found drama

get oblique

not a surprise

by Rob Friesel

Via Boing^2: “Surprise! Computer scientists model the exclamation point” – – /sigh again?

As A will no doubt attest, this is nothing new. There have been biological and mathematical models of “surprisingness” for quite a while. (Decades, if I’m not mistaken.) Does science have to take place at UC Berkley USC to be important or something? Or is it just news “all over again” because it finally made it over there from Cornell and Princeton and Brown etc.?

And (again, as I’m sure A will attest) the thing that causes the most /shudder here is the eye movement stuff. “Eye movements” (also called “saccades”) are all the raging vogue among neuroscientists right now. Which I think is funny because that fails to challenge the assumption that eye movements are (in and of themselves) the most salient piece of biological feedback to the environment.

UPDATE: After a brief email exchange w/ David Pescovitz @ BoingBoing, I took his advice and fired off the following to the USC contact listed in at the beginning of the article:

Subject: re: “Surprise!”
Date: November 29, 2005 9:39:00 PM EST
To: mankin {at} usc {period} edu



These are very interesting findings mentioned in the above press release. I was curious where I might find out more about the research that they’ve cited. Specifically, I’m wondering in what ways their work has paralleled or considered that of Rescorla & Wagner (1972) and Pearce & Hall (1980). Their assertion that surprise “lacked a formal definition” seems to fly in the face of over 30 years of learning theory.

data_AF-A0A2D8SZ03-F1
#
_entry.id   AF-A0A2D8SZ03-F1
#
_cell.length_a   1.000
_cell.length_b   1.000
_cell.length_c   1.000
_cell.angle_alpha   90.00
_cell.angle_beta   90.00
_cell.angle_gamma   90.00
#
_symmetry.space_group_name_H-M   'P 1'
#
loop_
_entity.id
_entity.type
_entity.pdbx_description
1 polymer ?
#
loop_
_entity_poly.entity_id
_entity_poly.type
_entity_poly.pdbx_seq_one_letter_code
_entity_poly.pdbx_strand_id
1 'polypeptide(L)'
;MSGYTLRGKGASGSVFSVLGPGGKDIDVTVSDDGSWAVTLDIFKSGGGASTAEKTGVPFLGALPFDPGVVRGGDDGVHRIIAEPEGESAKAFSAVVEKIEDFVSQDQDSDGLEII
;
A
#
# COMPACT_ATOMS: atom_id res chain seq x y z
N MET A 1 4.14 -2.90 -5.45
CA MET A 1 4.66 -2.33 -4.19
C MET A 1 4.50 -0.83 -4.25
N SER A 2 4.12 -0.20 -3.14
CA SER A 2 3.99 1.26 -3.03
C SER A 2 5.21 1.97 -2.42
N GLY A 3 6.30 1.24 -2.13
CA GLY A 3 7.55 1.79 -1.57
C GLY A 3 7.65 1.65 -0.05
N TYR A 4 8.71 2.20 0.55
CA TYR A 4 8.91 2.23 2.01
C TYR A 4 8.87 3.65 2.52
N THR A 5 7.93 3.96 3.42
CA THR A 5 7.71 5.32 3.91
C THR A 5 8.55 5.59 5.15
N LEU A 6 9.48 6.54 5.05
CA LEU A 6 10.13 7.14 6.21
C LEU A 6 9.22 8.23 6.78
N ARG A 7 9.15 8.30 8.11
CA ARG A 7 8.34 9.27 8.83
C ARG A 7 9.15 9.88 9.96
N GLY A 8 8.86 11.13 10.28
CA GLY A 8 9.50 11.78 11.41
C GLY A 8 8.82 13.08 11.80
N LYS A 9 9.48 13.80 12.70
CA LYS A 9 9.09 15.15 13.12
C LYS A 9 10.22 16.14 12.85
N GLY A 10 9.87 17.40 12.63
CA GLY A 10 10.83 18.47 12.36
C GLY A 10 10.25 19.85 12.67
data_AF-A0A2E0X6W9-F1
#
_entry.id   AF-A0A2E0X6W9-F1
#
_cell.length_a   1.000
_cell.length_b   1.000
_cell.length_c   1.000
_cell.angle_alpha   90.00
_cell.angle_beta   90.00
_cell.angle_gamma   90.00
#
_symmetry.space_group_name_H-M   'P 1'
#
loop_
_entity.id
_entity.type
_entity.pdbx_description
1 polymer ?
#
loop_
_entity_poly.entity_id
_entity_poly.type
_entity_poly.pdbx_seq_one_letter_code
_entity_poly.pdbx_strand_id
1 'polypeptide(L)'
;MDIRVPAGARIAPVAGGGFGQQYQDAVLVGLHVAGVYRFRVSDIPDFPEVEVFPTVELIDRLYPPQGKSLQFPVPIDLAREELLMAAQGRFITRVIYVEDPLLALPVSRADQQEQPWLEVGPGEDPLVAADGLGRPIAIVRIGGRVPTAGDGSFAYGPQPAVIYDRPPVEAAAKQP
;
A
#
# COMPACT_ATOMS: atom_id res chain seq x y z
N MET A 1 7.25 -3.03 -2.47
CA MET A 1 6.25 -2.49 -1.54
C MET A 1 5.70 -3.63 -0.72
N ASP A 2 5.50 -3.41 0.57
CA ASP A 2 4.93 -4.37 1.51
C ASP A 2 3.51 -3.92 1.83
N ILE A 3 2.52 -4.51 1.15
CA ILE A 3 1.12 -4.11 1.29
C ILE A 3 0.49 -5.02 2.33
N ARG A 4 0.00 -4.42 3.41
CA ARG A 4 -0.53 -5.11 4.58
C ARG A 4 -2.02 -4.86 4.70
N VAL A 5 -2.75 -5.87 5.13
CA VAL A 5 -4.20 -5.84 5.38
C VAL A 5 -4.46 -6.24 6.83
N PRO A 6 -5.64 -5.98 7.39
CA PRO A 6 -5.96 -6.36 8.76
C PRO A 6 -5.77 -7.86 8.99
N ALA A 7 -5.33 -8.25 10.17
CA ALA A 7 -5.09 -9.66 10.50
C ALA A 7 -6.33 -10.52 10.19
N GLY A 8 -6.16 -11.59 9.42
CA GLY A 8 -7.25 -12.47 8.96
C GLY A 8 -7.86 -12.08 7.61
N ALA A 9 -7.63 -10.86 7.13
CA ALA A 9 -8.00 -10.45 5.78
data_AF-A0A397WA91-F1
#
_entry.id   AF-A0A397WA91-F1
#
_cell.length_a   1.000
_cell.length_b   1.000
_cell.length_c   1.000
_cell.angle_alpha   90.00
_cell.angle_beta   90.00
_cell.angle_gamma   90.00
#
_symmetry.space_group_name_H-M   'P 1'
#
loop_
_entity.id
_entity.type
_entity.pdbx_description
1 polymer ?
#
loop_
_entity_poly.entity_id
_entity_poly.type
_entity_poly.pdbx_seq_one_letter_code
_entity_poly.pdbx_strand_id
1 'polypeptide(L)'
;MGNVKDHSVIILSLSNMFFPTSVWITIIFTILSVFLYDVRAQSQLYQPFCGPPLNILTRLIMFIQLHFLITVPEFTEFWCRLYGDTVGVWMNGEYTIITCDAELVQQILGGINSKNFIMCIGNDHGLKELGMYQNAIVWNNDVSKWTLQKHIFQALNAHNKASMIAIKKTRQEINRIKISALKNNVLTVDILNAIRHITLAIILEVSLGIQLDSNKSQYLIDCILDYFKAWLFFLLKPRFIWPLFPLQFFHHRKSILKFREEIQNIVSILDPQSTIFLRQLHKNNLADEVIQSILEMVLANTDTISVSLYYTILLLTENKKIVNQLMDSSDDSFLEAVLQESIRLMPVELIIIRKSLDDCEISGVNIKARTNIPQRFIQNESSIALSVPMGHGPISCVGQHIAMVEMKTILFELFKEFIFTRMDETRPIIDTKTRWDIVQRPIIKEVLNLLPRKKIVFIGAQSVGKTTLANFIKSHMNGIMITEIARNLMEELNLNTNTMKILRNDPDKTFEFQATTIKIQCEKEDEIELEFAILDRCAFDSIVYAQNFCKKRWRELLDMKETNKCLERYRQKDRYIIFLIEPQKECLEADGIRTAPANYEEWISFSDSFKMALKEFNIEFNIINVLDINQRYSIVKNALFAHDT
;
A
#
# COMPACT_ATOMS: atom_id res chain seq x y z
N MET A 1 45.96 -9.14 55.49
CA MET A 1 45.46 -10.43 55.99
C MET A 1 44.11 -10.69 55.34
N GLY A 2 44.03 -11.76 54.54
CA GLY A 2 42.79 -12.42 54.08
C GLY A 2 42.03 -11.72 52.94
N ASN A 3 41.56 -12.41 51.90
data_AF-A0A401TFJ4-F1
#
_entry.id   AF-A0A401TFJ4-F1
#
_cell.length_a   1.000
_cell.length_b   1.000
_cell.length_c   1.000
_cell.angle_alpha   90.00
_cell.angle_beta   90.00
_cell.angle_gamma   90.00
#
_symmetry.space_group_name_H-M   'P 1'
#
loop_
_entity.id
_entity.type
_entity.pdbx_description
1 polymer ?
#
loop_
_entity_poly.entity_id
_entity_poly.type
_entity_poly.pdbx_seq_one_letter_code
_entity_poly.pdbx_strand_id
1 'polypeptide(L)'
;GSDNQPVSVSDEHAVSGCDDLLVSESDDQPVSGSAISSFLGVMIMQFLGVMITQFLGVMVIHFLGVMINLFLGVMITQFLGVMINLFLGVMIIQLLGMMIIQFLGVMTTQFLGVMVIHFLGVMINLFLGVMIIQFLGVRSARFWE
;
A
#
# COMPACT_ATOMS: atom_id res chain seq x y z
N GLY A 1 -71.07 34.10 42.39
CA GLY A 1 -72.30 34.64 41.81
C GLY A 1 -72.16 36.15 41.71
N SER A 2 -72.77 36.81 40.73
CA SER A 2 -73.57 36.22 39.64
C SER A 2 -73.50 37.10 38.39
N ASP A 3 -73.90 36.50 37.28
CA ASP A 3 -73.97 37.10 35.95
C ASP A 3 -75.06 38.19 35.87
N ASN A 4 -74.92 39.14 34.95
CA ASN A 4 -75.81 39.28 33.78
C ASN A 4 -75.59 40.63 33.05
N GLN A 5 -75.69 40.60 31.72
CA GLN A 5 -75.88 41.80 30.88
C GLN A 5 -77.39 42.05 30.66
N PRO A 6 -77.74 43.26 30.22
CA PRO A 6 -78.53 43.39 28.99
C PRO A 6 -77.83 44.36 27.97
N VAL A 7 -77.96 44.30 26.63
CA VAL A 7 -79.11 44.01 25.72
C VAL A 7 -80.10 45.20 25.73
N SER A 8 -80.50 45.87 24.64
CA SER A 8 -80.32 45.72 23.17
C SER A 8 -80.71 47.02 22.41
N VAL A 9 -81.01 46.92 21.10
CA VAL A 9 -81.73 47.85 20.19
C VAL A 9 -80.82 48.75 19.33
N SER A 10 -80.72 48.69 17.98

Let’s see where this goes…

About Rob Friesel

Software engineer by day, science fiction writer by night. Author of The PhantomJS Cookbook and a short story in Please Do Not Remove. View all posts by Rob Friesel →

2 Responses to not a surprise

Amy says:

Yes, the science of surprise is decades old, but most people are too ignorant to admit that learning theory can add anything to these discussions—see below for what I know about surprise.

The Rescorla-Wagner model (1972) can be expressed formally as:
ΔV = αβ (λ-ΣV)
where α = salience of the CS and is a fixed value, β = salience of the US, λ = processing of the US when it’s unpredicted (i.e. processing on the first trial), and ΣV = the sum of the associative strength of all CSs on a given trial.

And of course, Pearce-Hall (1980): αn= │λn-1 – ΣVn-1│
The associative strength of the CS changes according to the following rule:
ΔV = αSλ
where α reflects CS associability, the term αS reflects processing directed to the CS (S= how the salience, or physical properties, of the CS affect learning), and λ reflects processing of the US.

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